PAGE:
As the modern Pagan movement progresses and evolves, the Pagan community has grown to encompass people of all age levels. Those who discovered Paganism as teens or college students two or three decades ago are now raising their own children, and so the demographic within the Pagan community is constantly changing. It's not uncommon at all to meet families in which one or both parents are Pagans or Wiccans, and they may have kids who follow a variety of religious paths.
One of the questions that arises, though, is that of how to include children in Pagan practice. After all, it's not as though there's a Pagan version of Sunday school for us to send our kids off to. Don't worry, though -- there are a number of different ways you can include your kids in your Pagan beliefs, and get them involved. Although the type of activity you do with them may vary based upon age levels, you can always find some way to incorporate Pagan values and beliefs into your kids' lives.
Activity: Do a hands-on nature project. Take a hike in the woods, gather found objects like pinecones and fallen twigs. Bring them home and put them together in a glass vase or some other centerpiece.
Teaching moment: Talk about the cycles of the season, and how all of nature is tied together. Depending on the time of year, discuss the phases of life, death, and rebirth in the natural world.
Activity: Make a wand. Even a small child can decorate a stick with glitter.
Teaching moment: Use this opportunity to help your child learn about directing energy. Help him or her visualize energy as something they can control using the wand to direct it.
Activity: Create a felt board. Cut out shapes of Pagan symbols, gods and goddesses of your tradition, or magical tools out of scraps of craft felt, and help your child place them on the board.
Teaching moment: Encourage imagination -- your child can use the felt board and pieces to illustrate a story of her own about the deities, magic, or the world in general.
Activity: Let your kids have an altar. Allow your child to create an altar space of his own, with the gods and goddesses of your family's tradition. If you don't follow a specific path, let him put things on their altar such as found items, natural goodies, and items of comfort.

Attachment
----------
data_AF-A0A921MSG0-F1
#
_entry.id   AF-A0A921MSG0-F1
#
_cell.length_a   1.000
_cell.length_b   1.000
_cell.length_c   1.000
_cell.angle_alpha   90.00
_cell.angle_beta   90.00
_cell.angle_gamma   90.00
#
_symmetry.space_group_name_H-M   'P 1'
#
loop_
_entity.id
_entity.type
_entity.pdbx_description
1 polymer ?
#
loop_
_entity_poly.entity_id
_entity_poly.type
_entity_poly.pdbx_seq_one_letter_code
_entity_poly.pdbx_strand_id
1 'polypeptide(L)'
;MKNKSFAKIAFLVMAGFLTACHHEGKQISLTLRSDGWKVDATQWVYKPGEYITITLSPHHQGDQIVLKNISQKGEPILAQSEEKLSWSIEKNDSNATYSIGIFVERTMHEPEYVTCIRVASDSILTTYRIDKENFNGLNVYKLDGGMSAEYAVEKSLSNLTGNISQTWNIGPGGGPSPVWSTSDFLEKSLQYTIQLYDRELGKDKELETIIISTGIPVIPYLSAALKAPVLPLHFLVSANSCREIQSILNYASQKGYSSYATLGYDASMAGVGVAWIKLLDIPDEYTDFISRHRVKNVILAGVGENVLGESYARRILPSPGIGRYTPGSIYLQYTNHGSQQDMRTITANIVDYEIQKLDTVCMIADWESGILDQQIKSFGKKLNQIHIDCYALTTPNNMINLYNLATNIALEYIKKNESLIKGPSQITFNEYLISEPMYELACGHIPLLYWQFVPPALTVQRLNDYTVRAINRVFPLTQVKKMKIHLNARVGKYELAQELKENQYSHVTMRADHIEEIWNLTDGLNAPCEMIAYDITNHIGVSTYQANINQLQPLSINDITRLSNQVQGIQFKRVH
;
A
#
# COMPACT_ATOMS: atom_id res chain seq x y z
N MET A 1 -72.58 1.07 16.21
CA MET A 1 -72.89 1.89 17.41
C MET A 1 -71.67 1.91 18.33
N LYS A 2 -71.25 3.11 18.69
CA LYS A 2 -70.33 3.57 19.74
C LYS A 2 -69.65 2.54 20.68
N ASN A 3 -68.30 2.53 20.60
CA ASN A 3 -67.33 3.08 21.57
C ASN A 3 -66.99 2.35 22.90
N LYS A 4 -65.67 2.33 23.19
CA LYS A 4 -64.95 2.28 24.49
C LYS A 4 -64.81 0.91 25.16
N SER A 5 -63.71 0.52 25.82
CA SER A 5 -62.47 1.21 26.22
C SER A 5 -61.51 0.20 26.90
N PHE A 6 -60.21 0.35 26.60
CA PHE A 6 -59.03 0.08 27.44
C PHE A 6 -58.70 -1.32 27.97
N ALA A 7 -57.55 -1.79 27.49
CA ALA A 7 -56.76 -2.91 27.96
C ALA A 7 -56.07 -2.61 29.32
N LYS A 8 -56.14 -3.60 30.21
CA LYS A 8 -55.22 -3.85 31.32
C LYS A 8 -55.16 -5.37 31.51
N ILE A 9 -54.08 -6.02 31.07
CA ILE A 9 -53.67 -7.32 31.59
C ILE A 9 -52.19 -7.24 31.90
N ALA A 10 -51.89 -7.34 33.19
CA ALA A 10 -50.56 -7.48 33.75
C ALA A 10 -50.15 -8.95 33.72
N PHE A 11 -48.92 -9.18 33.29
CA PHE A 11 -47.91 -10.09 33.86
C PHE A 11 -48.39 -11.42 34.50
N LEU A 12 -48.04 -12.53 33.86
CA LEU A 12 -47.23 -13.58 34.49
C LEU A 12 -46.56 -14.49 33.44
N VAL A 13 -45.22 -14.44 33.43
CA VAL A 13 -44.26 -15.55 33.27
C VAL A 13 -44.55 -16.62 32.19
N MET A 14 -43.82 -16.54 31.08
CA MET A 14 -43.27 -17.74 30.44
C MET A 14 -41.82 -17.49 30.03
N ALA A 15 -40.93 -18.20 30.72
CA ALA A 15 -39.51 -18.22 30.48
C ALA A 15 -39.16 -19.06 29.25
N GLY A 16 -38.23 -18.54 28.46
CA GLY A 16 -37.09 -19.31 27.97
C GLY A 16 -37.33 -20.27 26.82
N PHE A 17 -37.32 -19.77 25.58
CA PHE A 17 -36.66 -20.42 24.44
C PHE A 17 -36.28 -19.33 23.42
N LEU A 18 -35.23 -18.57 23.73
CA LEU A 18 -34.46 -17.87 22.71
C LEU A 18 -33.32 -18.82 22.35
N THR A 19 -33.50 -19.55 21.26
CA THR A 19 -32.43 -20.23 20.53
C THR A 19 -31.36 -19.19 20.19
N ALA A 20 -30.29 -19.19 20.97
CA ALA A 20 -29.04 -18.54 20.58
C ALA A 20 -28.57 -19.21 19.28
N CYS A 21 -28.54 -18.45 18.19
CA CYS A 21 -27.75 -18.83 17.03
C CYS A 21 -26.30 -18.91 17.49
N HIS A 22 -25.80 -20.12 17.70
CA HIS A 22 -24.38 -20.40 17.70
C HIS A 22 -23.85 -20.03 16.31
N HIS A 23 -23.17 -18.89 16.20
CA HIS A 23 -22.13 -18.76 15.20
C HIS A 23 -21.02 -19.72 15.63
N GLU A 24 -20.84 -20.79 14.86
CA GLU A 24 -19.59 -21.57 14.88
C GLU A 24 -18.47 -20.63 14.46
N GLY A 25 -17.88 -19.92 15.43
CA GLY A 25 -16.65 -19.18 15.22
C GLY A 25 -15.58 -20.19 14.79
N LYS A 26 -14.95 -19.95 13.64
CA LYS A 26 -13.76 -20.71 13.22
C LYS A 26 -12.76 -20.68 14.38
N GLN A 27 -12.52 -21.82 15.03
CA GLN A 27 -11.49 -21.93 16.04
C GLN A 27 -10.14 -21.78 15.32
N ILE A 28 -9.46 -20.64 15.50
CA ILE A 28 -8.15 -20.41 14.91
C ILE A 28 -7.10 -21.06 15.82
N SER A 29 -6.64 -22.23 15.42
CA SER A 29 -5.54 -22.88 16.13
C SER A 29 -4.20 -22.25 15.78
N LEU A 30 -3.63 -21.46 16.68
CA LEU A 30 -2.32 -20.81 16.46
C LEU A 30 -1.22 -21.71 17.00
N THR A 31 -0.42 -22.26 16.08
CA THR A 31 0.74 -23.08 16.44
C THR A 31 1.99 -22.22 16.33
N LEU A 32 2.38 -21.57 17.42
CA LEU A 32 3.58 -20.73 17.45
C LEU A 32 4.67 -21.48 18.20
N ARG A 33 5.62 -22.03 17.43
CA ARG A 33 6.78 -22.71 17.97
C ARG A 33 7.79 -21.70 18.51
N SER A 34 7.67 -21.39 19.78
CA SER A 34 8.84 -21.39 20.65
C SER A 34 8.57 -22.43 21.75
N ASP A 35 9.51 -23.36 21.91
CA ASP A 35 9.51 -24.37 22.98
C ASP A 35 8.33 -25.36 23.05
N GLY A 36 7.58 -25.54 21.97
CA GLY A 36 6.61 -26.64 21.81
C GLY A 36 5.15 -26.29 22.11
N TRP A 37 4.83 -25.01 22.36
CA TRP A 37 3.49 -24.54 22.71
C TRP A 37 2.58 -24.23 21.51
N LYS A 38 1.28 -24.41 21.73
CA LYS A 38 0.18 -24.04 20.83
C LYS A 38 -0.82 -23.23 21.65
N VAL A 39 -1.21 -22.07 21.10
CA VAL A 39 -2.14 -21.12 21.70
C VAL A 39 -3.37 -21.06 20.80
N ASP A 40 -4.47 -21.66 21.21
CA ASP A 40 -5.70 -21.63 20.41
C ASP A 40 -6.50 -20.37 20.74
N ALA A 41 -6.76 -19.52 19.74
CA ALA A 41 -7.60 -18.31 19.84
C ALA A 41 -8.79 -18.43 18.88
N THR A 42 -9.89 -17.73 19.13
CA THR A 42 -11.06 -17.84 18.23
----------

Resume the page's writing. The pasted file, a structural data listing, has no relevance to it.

Teaching moment: Letting your child have his own altar shows them that their needs are valued as much as anyone else's in the family. It gives them a space that is private and sacred of their very own.
Activity: School-age children can often participate in rituals, if they have a decent attention span. You know your child better than anyone, and if you think she is capable of taking a ritual role, then encourage that.
Teaching moment: This helps your child develop a feel for ritual procedure, as well as proper behavior in a ritual setting. Equally important, it lets her know that her participation in family activities is valued.
Activity: Encourage your child to learn about the deities of your family's tradition. There are countless books about the mythology and legends of the Greeks, the Celts, the Romans, the Egyptians, and others. Keep a good library of Pagan-friendly books on hand, and spend some time reading together as well.
Teaching moment: You're never too young to do a little research. Giving kids the tools to read and grow can't hurt at all, and it allows them to take some ownership of their spiritual education.
Activity: If your teen is up to the task, ask him to write a ritual of his own, with only as much help as he needs. Teenagers are surprisingly inventive, and can come up with some amazing ideas. Pick a Sabbat or other event, and have your teen create a ceremony that the whole family can participate in.
Teaching moment: Not only does this encourage creative thinking, it helps develop leadership skills. It's never too soon to get a chance at being in charge.
Activity: Kids of any age can get involved with Sabbat-themed craft ideas. Try some of our different Sabbat crafts to celebrate the ever-changing Wheel of the Year, and use these to decorate your home and altar.
Teaching moment: By doing hands-on projects related to the various Sabbats, kids can get a better feel for what the Pagan celebrations really mean. Depending on your tradition, incorporate craft projects into stories, legends, and mythology.
Finally, remember that the best way to set a good example of Pagan practice for your kids is to show them yourself. If you want to stress values such as being kind to others, respecting the earth, and living a magical life each day, then do so. Your kids will see your behavior and emulate it themselves.
Recommended Reading for Pagan Parents
- Madden, Kristin: Pagan Parenting. Madden's book focuses looks at the development of kids from birth onward. She includes tips on how to encourage your children's psychic and magickal abilities, as well as teaching them rituals and meditation skills.
- Serith, Ceisiwr: The Pagan Family. Serith looks at raising a family in non-mainstream religions, and offers dozens of excellent suggestions on how to incorporate Pagan beliefs into day-to-day living. This book is presently out of print, but it pops up a lot on used-book lists, so keep an eye out for it.
- Starhawk: Circle Round - Raising Children in Goddess Traditions. Starhawk and fellow authors Anne Hill and Diane Baker include numerous ideas for each Sabbat, life milestones, and craft and recipe ideas. This book offers some excellent suggestions for families trying to instill Pagan beliefs into their children.